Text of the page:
One answer that became theologically important was that no one is without sin. The very moral frailty of humans means that, in the words of Genesis, ‘the imagination of man’s heart is evil from his youth’. In Christian thought this idea became transmuted into the notion of ‘Original Sin’: all humans are fallen because of Adam and Eve’s transgression in the Garden of Eden in eating of the Tree of Knowledge. Augustine, perhaps the most important figure in establishing the idea of Original Sin and of its relationship to evil, distinguished between natural and moral evils. Natural evils, such as ‘fire, cold, wild beasts’ only seem evil because of our blinkered perspective. What humans myopically regard as natural evils are in fact ‘splendid in their own places and natures’, are disposed with ‘beautiful order’ and ‘contribute, in proportion to their own share of beauty, to the universe as a whole, as to a commonwealth.’
Moral evil, on the other hand, is the result of the Fall. Augustine maintained that evil is not a thing – all things that exist are created by God and He would will into being no evil thing. Evil, rather, lies in the absence of good, such as in discord, injustice, the loss of life and the curtailment of liberty. Original Sin corrupted the human soul, made it less than wholly good and so created a space, or absence, that we came to call evil.
Augustine’s argument is both sophisticated and crude. The idea of evil as an absence has an indelibly modern ring to it, and is a major advance on previous conceptions of evil. Yet there is also something deeply atavistic about the notion of Original Sin, something profoundly disturbing about a philosophy that holds all descendents guilty of their ancestors’ sins. Many modern believers do not, of course, read the story of Adam and Eve literally. They see the tale of Adam’s disobedience as an allegory about the human condition, and view Original Sin as a metaphor for a flawed human nature. Such an allegorical reading robs the story, however, of its power in explaining the problem of evil. If Original Sin is but a metaphor for the human condition, then it cannot resolve the contradiction between an omnipotent, completely good God and the existence of evil (unless the omnipotent, completely good God is Himself also a metaphor).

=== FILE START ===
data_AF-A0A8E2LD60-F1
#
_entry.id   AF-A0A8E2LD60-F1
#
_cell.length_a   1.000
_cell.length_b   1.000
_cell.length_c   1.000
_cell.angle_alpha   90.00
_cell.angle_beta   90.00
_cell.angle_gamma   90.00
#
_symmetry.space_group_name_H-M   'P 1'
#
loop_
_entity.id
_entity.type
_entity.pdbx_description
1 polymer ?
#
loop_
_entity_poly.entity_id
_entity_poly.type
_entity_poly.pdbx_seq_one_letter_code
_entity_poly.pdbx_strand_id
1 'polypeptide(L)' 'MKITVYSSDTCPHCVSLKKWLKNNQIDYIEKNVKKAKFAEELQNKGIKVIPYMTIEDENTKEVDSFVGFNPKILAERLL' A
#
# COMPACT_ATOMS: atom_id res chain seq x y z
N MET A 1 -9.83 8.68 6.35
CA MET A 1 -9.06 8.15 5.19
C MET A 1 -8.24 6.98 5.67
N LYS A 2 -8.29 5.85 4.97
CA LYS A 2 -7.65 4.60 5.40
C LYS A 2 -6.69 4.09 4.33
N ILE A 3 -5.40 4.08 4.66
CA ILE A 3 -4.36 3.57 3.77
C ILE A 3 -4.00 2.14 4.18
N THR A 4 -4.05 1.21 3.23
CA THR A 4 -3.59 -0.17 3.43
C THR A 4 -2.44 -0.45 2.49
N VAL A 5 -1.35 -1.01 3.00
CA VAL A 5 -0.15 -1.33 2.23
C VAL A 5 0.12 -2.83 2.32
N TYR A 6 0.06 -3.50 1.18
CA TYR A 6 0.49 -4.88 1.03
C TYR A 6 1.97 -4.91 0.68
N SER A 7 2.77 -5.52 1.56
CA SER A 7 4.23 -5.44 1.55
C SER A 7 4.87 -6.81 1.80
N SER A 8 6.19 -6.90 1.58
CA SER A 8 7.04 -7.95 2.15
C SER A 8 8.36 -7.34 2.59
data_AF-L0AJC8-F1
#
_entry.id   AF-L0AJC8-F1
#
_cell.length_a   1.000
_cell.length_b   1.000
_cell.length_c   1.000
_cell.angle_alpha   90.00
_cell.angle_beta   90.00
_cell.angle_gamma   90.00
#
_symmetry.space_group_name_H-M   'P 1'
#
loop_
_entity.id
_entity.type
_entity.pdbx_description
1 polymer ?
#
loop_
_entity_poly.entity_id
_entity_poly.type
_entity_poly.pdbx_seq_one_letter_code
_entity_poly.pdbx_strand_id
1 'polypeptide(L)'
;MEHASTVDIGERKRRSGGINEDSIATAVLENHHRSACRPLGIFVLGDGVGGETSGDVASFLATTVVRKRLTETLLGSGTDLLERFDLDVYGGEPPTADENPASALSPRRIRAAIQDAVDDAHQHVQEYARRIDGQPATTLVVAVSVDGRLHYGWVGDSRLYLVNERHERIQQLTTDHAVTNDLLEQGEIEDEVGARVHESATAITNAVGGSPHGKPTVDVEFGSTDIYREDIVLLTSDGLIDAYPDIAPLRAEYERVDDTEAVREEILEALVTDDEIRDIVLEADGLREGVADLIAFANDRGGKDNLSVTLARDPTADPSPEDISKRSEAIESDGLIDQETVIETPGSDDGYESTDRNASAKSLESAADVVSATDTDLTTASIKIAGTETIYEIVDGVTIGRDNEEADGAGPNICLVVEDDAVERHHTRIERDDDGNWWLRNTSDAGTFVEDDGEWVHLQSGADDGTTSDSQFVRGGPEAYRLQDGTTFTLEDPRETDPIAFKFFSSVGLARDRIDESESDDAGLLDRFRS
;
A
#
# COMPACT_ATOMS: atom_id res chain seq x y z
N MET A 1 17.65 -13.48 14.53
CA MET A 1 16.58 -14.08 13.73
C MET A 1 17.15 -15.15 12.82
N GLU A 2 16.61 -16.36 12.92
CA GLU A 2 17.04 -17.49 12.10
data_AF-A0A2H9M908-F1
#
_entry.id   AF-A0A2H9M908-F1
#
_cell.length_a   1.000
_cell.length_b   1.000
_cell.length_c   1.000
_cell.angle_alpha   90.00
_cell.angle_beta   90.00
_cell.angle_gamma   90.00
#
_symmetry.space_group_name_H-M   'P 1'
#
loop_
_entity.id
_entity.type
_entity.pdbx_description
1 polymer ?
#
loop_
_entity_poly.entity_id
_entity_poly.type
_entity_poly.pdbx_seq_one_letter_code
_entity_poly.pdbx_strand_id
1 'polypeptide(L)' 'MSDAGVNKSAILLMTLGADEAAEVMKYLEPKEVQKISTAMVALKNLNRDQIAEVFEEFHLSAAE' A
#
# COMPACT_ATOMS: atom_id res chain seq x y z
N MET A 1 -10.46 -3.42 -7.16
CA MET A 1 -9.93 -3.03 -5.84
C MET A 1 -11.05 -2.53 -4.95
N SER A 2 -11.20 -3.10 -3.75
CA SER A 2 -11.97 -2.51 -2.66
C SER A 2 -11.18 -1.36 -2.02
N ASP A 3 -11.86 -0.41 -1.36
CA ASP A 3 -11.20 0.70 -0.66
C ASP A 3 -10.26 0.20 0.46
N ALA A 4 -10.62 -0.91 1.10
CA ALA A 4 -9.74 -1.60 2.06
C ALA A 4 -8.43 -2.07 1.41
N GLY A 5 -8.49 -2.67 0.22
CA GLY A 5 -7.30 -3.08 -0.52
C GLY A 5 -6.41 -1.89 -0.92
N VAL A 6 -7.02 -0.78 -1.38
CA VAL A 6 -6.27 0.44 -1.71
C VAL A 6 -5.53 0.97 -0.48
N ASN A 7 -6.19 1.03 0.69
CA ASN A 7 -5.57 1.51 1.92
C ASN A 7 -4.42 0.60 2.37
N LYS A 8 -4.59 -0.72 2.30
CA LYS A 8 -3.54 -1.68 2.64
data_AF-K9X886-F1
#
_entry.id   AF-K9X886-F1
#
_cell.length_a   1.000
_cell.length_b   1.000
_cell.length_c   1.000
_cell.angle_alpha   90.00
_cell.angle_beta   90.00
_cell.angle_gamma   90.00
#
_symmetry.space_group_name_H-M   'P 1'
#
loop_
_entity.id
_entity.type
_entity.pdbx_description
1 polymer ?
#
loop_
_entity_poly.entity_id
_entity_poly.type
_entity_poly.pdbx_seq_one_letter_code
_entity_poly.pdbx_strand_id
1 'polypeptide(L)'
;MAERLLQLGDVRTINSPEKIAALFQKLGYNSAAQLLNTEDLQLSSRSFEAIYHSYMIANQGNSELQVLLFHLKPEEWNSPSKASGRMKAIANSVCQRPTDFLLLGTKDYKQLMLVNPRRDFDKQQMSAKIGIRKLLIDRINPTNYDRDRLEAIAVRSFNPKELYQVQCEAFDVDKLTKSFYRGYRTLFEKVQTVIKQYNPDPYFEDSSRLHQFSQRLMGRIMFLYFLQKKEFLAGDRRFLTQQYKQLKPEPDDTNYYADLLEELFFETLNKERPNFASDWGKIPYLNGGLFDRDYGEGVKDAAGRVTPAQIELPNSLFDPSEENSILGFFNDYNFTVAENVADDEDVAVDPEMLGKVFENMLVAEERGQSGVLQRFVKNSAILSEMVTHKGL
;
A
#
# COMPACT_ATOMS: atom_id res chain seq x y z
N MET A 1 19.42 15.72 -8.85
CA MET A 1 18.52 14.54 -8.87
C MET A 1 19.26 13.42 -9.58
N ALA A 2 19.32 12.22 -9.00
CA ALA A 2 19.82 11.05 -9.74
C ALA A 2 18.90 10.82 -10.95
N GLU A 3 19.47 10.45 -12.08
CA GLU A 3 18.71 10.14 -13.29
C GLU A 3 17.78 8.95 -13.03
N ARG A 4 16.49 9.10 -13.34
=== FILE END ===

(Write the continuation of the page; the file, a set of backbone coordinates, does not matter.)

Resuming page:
Even as an allegory the story of Original Sin reveals something profound about the Christian attitude to human nature. The story of Adam and Eve, and of the serpent in the Garden of Eden, was, of course, originally a Jewish fable. But Jews read that story differently to Christians. In Judaism, Adam and Eve’s transgression creates a sin against their own souls, but it does not condemn humanity as a whole, and nor does it fundamentally transform either human nature or human beings’ relationship to God.
In the Christian tradition, God created humanity to be immortal. In eating the apple, Adam and Eve brought mortality upon themselves. Jews have always seen humans as mortal beings. In the Garden, Adam and Eve were as children. Having eaten of the Tree of the Knowledge of Good and Evil, they had to take responsibility for themselves, their decisions and their behaviour. This is seen not as a ’fall’ but as a ‘gift’ – the gift of free will. As the Hertz Chumash, the classic Hebrew-English edition of the Pentateuch and Haftorahs, observes, ‘Instead of the Fall of man (in the sense of humanity as a whole), Judaism preaches the Rise of man: and instead of Original Sin, it stresses Original Virtue, the beneficent hereditary influence of righteous ancestors upon their descendants’.
The story of Adam and Eve was initially, then, a fable about the attainment of free will and the embrace of moral responsibility. It became a tale about the corruption of free will and the constraints on moral responsibility. It was in this transformation in the meaning of the Adam and Eve’s transgression that Christianity has perhaps secured its greatest influence. The true legacy of the doctrine of Original Sin is not as an explanation of evil, but rather as a description of human nature, a description that came to dominate Western ethical thinking as Christianity became the crucible in which that thinking took place. This, in many ways, has been the most profound legacy of Christian thought to the Western tradition. Not till the Enlightenment was the bleakness of that vision of human nature truly challenged.
Part 2 here.
The illustrations are all by William Blake. From the top down: ‘Job’s evil dreams’ and ‘Job rebuked by his friends’, both from The Book of Job; the print Nebuchadnezzar; and ‘The Temptation an Fall of Eve’, from Milton’s Paradise Lost.